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Good Morning Nanty Glo!
                 Monday, July 7 2003 

Jon Kennedy, webmasterThe TVs of the future

Son Mike and I went shopping for a TV yesterday. Neither of us ever (virtually) sit in the livingroom watching TV. Both have TVs in our rooms and spend most of our time when at home in our rooms, more involved with our computers and the Internet than our TVs. I never turn mine on before work or before Saturday brunch (which usually gets going around 11:30 a.m.) or Sunday church; no morning television viewing, though for a time before my parents passed, I watched the Today show a bit each day because they were middlin' fans of Williard Scott and it seemed like a point of contact across the 2700 miles and three time zones that separated us. But as soon as I settle in front of my computer after work, I have to turn on the TV. Most of the time the sound is muted, but it's there for when I need a distraction.

Our livingroom TV is mostly for the use of our company, which mostly means the grandchildren (Mike's niece and nephew), who spend less than a whole day a year visiting us, it seems, but still it seemed necessary to have a set that was more comodious than the old one for when they're here. The old one was a 27-inch picture-in-picture quadraphonic-sound set from Montgomery Ward, The picture-in-picture feature was the first to go, and not long afterward, its audio followed suit, and then Wards as a whole gave up the ghost. The remaining picture "out of a picture" was still fine. Though at one time 20 or so years ago we had one TV stocked atop another to get the picture from one and the sound from the other, that was before the advent of the VCR (video cassette recorder, for any of you too young to remember those initials). It's not much of a trick. if you have a VCR connected to your TV (and who didn't in those days?) and a stereo radio nearby, to use the VCR as the tuner to pipe in the picture and forward it to the TV monitor and the sound to the stereo amplifier. We set it up that way and it worked so well that the VCR remote was all that was needed to control it all once all three units were on.

Then came the advent of the digital video disk (DVD) player and the VCR was yesterday's technology. Except that you can't record on them...yet. But who would want to watch a video tape after seeing a video in the DVD format? So we had to add a DVD player to the mix, just for the use of the grandchildren, as Brandi actually owns her own collection of digital video disks. But DVD players don't come with tuners, so far as I have seen, and there was no practical way to "daisychain" the TV, VCR, and DVD together so that all could be usable at the same time. To watch TV from the cable feed, the cable had to be connected to the VCR and daisy chained to the TV. For watching a DVD that player had to be daisychained to both the TV and to the stereo, but not the VCR, except for the audio feed. By this time, it became too complicated for me, though a desperate 11-year-old (as Brandi was last Thanksgiving) is amazingly resourceful. She could make the switch from her Harry Potter DVD to Nickelodian in a flash.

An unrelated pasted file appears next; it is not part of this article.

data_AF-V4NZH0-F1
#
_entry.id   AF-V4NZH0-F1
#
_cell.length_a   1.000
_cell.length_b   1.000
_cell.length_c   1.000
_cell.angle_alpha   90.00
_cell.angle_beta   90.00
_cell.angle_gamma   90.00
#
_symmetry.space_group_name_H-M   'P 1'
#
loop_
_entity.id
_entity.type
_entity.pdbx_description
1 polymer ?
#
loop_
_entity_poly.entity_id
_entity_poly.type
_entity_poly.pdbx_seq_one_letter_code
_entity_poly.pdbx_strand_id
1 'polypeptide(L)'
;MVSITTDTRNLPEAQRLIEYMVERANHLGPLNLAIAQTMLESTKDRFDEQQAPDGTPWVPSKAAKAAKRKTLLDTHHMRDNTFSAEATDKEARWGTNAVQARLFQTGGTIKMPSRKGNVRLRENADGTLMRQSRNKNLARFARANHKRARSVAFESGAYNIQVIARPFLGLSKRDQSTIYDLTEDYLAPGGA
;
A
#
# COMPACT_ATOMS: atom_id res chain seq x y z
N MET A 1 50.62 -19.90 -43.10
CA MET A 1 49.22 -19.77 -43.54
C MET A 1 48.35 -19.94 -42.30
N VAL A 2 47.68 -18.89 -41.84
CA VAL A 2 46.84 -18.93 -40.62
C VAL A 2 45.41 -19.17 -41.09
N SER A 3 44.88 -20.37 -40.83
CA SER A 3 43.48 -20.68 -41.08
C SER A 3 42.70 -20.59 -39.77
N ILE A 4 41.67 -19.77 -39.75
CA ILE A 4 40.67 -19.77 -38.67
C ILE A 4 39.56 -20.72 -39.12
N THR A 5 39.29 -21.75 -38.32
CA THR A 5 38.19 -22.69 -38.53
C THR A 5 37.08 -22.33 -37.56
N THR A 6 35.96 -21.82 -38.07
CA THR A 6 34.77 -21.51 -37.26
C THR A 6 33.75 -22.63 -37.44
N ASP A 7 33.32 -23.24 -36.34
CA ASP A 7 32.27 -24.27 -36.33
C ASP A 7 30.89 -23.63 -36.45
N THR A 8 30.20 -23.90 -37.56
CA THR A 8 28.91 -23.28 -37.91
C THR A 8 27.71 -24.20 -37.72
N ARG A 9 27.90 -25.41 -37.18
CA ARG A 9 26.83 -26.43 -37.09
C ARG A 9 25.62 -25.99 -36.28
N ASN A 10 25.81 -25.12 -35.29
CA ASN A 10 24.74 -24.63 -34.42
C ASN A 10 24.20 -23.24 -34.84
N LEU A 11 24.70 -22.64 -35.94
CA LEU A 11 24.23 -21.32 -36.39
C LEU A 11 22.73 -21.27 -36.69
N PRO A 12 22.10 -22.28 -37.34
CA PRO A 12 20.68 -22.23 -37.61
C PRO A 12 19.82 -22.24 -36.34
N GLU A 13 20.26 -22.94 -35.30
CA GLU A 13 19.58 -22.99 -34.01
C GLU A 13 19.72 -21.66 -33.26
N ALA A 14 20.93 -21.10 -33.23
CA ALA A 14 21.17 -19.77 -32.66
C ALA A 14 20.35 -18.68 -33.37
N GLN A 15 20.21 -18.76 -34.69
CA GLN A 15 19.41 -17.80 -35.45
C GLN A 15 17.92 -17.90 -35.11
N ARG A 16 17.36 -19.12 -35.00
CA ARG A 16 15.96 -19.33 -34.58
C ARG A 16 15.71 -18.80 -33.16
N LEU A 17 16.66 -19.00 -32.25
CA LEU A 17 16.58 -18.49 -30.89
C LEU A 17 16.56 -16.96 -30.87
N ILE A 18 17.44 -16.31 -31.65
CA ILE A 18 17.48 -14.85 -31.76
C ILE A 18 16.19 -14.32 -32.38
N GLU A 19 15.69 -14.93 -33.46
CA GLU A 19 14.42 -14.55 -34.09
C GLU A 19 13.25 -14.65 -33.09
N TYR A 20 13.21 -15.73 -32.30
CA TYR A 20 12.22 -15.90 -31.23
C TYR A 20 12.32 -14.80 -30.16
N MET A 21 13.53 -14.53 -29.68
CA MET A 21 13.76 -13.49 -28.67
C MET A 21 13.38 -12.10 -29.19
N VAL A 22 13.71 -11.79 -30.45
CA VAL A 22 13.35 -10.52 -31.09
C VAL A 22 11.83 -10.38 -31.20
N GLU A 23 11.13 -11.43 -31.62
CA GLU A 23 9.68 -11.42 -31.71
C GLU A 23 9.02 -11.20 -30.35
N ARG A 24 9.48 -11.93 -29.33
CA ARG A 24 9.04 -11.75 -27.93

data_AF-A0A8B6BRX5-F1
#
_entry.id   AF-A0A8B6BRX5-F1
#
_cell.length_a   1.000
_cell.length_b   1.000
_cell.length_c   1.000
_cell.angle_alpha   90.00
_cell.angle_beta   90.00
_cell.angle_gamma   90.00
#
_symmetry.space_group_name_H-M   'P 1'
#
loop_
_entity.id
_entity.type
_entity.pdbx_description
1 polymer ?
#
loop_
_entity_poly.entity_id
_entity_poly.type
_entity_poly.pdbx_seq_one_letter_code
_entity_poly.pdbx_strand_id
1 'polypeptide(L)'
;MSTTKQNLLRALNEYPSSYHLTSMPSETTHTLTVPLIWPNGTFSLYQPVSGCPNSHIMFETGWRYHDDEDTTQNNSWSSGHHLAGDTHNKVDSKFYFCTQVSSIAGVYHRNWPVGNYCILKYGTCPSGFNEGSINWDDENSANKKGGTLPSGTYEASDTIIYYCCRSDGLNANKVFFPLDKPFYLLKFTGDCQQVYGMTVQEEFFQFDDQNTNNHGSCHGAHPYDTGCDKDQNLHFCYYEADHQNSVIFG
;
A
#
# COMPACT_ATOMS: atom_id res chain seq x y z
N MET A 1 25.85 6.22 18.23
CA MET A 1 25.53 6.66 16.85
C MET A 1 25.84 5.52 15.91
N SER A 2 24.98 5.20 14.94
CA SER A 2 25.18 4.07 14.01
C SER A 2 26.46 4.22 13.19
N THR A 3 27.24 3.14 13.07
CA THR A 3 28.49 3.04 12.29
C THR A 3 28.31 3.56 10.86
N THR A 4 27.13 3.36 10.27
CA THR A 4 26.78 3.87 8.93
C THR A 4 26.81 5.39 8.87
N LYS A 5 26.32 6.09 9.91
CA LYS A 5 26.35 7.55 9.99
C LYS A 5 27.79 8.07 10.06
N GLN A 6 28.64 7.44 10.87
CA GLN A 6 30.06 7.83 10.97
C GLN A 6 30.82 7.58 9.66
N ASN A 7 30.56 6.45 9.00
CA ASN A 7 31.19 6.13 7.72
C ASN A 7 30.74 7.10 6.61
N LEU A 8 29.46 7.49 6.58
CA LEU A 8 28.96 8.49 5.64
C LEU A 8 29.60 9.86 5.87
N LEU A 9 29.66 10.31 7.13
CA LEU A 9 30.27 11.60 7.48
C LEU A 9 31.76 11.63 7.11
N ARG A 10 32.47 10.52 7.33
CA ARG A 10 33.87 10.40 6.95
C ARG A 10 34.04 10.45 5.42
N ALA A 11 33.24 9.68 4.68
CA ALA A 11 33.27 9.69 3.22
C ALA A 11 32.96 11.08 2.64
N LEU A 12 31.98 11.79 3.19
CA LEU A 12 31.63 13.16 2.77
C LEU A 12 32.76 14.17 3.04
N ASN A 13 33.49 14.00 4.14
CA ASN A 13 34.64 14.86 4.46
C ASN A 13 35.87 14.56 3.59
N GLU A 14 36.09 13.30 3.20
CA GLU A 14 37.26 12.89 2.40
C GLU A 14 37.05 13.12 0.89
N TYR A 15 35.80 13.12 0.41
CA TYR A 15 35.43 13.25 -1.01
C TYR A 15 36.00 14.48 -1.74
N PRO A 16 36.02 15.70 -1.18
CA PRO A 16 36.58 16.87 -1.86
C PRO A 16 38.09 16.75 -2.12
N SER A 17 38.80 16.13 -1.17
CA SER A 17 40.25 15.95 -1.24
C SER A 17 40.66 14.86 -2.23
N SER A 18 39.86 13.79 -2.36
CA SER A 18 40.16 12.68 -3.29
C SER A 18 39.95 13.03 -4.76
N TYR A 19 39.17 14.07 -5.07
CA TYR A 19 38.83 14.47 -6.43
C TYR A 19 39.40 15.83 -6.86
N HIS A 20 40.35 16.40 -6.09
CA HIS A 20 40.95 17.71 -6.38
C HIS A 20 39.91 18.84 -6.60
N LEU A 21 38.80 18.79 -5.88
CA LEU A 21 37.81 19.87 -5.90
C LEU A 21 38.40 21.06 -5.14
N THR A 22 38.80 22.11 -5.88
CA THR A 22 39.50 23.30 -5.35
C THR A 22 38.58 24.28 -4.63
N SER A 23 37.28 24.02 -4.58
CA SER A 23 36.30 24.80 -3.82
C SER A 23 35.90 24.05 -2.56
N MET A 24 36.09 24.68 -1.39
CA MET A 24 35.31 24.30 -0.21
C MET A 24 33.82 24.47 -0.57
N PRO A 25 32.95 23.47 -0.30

Our Comcast cable service in this area requires two cables, an A side and a B side. It's a big pain, because you get about 40 channels on each side, but have to switch from A to B and back all the time. "A" includes all the broadcast channels; "B" has all the basic cable channels like ESPN, Lifetime, TNT, Nickelodian, Weather, and such. For years, we got by with one A-B switch. Then about three years ago we added a second, so we had two of the household TVs on each switch. But last week Mike, who has too much time on his hands, got the inspiration to add two more A-B switches so each TV has its own. (This entailed rewiring the cables for the whole house.) Wow! What an improvement! Isn't high technology wonderful? (Or wouldn't it be if there were anything on worth watching?)

About the time Mike got the whole house recabled was when he got the notion that it was time to resolve the issues with the livingroom TV. We needed to buy either one unit with a DVD player and VCR built in, or at least one TV with both sound and picture, and a combination DVD player and video cassette recorder/player in one. We opted for the latter combination (because with the former scenario, if either of the units conks out, the whole thing will have to be scrapped; this way, either the TV or the DVD-VCR will outlive the other). We found that Costco (think "Sam's Club" if you live east of the Rockies) had a little bit better deal than Wal-Mart (under $400 for the works, including tax).

While at Costco, we saw a sampling of the new inch-or-two-thick flat-screen high-definition TVs. The smallest one, but also the one with the sharpest picture, had a viewing area about the size of a sheet of 8-1/2 x 11" computer printer paper. It was offered at the bargain price of $999. "I remember in the '50s seeing a news story saying that in the future TV picture tubes would be mounted on the wall like a picture," I told Mike.

Some futures take longer than others to get here. Remember the "flying cars" we'd all have within 20 years...also back in the '50s?

Webmaster Jon Kennedy

Rules to live by

Have you noticed since everyone has a camcorder these days no one talks about seeing UFOs like they used to?

— Sent by Judy Rose

Thought for today

She deserves paradise who makes her companions laugh.

— The Koran
Sent by Trudy Myers

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